The Idol of a Godly Marriage

broken-marriage-medium“What’s wrong with wanting a godly marriage?” It’s a question that’s been asked by more than one person in counseling sessions. In my experience with couples it is almost always asked by at least one spouse over the course of our counseling relationship. The obvious answer is, of course, “nothing.” There is nothing wrong with wanting a godly marriage. In fact, if you don’t want that there is probably something wrong with you. The problem arises, however, when we assume that God wants to give us that, and therefore demand it. Godly marriages can become serious idols.

The Bible has a lot to say about marriage. It speaks to the ways in which husbands and wives should interact and relate, it speaks to the roles of spouses, and defines love and forgiveness within relationships. Most pointedly, it describes marriage as a living model of the gospel (Eph. 5:32). So, does God want us to have godly marriages? In one sense, yes. He commands, after all, that we live as certain kinds of spouses. On the other hand, however, he nowhere promises us that our marriage will be all that we want it to be. He nowhere promises us that marriage will be easy and sweet. He nowhere promises that our spouses will pursue godliness in their own lives and interactions. In other words, God may not give us a godly marriage.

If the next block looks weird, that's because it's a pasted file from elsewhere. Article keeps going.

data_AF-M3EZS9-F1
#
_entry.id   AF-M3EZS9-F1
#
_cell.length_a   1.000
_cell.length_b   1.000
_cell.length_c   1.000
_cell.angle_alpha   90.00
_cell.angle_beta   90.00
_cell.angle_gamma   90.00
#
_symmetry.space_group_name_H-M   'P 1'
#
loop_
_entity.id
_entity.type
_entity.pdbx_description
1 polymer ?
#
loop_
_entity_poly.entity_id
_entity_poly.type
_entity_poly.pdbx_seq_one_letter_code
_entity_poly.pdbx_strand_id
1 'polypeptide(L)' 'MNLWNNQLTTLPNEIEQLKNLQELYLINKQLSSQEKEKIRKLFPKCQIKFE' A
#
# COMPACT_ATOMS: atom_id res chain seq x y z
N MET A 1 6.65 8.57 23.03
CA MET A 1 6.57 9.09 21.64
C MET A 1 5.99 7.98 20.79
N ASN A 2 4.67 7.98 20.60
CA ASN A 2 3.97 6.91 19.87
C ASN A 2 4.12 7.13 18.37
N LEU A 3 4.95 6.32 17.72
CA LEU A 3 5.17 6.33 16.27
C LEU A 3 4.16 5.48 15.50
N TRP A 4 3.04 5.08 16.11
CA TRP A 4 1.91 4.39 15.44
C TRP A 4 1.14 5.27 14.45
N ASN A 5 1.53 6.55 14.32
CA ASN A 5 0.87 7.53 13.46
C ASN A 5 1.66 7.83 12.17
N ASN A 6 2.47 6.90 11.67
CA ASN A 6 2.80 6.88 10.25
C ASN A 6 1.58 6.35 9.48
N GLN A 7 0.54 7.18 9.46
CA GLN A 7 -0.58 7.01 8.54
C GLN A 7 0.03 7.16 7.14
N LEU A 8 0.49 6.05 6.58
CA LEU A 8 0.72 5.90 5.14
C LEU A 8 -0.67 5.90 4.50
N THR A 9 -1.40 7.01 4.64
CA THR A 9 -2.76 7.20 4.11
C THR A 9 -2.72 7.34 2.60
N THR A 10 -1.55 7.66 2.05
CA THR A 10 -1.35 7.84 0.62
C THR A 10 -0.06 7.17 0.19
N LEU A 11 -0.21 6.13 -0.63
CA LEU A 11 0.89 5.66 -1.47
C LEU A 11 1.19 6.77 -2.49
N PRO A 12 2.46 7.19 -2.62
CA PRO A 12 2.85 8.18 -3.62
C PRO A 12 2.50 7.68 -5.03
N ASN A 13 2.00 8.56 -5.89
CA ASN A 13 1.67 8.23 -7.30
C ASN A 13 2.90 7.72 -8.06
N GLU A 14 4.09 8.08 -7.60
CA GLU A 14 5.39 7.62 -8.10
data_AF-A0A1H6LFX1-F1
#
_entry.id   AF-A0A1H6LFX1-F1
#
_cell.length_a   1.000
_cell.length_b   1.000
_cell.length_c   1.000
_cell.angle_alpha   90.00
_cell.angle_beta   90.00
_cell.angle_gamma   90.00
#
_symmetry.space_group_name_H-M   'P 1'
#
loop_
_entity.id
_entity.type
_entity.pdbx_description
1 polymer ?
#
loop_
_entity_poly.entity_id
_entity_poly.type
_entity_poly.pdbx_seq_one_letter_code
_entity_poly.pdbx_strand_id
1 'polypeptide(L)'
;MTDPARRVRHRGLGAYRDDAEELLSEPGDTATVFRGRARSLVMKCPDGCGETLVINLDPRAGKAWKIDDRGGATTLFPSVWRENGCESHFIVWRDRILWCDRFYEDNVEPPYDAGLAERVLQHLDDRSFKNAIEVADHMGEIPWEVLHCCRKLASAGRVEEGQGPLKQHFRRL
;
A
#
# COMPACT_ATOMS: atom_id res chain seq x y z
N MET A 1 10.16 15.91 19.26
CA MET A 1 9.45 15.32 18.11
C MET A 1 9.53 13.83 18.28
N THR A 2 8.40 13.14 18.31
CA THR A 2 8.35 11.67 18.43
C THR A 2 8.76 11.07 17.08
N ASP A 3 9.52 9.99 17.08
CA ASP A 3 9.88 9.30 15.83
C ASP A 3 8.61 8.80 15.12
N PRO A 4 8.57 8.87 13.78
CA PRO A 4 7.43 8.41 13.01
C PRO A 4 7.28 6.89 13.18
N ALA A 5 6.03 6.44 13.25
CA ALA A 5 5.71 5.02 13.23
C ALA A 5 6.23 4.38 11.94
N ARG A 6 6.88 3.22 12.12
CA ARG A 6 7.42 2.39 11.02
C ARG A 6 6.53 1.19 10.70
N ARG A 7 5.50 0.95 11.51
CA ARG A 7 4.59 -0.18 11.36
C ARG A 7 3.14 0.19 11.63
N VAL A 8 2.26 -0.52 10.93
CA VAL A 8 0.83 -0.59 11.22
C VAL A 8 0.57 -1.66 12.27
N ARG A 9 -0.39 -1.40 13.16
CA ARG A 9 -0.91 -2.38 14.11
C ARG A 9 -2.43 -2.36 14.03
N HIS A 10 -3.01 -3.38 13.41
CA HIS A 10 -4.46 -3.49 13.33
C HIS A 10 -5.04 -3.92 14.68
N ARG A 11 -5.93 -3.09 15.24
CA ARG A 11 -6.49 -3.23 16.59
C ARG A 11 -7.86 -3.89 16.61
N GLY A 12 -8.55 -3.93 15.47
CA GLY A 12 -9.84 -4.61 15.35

A godly marriage is a good desire, but it can become an awful master. When we demand something that God has not promised, or desire it to such a degree that it become ultimate, we will actually increasingly harm our marriage and frustrate ourselves. The idol of a godly marriage will cause us to manipulate, pressure, nag, and try to control our spouse. We will attempt to force them into the model of godliness that we desire. If, however, they do not desire to grow and change we cannot make them. Attempting to force them to become a godly husband or wife will only further compound our relational problems. Furthermore, demanding a godly marriage will tempt us to sin to get what we want (as is the case in manipulation and control of our spouse). It will also tempt us to become bitter towards our spouse (and likely God) for not doing what we expect and demand. Ultimately, the demand for a godly marriage will actually impede our own spiritual growth.

The idol of a godly marriage puts our relationship at the center of our happiness. We can only be happy, only find peace and joy, only be godly, if our marriage is functioning in the spiritually ideal way we expect it should. Your growth as a Christian, however, is not dependent upon your spouse. Winston Smith helpfully writes:

God offers something much better than a changed spouse; he promises to change you. He gives himself to you. When you’re tempted to believe that your spouse stands between you and all the joy you hoped to find in marriage, hear God’s invitation to something far better. This doesn’t mean that your spouse won’t change; it means that whether your spouse changes or not, you’re invited to become part of the most important program in history – the program of letting God live inside of you so that his love becomes visible in our broken world. (Marriage Matters, 12)

Your joy, hope, purpose, happiness, and godliness our not entirely bound up in your marriage. If you think they are then you will suffer spiritual stagnation because of your idolatry. A godly marriage is a good goal, but if it becomes a little god then it will consume you.